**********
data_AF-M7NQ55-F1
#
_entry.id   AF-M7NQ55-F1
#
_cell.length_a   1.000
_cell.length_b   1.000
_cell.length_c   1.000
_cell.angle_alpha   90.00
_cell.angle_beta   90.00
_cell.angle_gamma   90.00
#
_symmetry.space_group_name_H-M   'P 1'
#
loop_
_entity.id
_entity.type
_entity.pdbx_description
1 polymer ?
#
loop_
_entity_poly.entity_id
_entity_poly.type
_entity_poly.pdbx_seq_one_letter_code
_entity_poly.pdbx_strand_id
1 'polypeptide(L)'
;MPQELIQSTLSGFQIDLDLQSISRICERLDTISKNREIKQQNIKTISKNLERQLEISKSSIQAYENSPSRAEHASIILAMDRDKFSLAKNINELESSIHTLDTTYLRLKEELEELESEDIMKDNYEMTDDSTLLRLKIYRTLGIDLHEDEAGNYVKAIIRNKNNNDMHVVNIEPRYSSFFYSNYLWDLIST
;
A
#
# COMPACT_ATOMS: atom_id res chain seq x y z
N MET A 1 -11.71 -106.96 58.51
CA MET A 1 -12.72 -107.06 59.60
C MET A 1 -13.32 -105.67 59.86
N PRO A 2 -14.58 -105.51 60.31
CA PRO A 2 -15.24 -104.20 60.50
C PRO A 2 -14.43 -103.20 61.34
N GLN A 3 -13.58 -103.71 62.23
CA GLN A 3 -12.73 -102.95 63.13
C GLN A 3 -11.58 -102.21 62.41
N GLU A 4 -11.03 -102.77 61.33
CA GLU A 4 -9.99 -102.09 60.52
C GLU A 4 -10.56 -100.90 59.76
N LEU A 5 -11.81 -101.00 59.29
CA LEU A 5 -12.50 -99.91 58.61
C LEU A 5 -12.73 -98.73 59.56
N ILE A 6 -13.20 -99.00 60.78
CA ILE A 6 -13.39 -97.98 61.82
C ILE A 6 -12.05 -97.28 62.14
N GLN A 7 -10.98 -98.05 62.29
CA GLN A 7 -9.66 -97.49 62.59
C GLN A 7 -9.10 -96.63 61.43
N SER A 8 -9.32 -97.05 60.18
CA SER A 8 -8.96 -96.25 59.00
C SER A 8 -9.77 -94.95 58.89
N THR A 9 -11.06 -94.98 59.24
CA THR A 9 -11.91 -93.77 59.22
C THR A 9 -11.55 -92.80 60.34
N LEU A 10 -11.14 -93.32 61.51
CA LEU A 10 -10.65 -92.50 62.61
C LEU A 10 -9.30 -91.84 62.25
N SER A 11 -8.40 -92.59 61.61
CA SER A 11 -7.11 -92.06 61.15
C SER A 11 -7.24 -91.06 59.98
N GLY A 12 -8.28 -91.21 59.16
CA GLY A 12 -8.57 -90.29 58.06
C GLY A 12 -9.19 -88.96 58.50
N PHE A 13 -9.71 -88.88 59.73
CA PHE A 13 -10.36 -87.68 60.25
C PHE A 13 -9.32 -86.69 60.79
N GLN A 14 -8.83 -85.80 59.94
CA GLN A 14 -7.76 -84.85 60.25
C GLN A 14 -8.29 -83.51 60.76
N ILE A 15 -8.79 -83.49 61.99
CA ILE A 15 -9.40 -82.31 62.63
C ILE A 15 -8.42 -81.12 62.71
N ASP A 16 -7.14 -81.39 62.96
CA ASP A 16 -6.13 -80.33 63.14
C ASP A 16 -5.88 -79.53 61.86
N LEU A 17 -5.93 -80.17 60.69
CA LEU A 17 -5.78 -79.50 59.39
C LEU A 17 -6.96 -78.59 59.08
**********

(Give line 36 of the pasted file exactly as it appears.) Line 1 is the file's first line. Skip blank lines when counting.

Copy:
C PRO A 2 -14.43 -103.20 61.34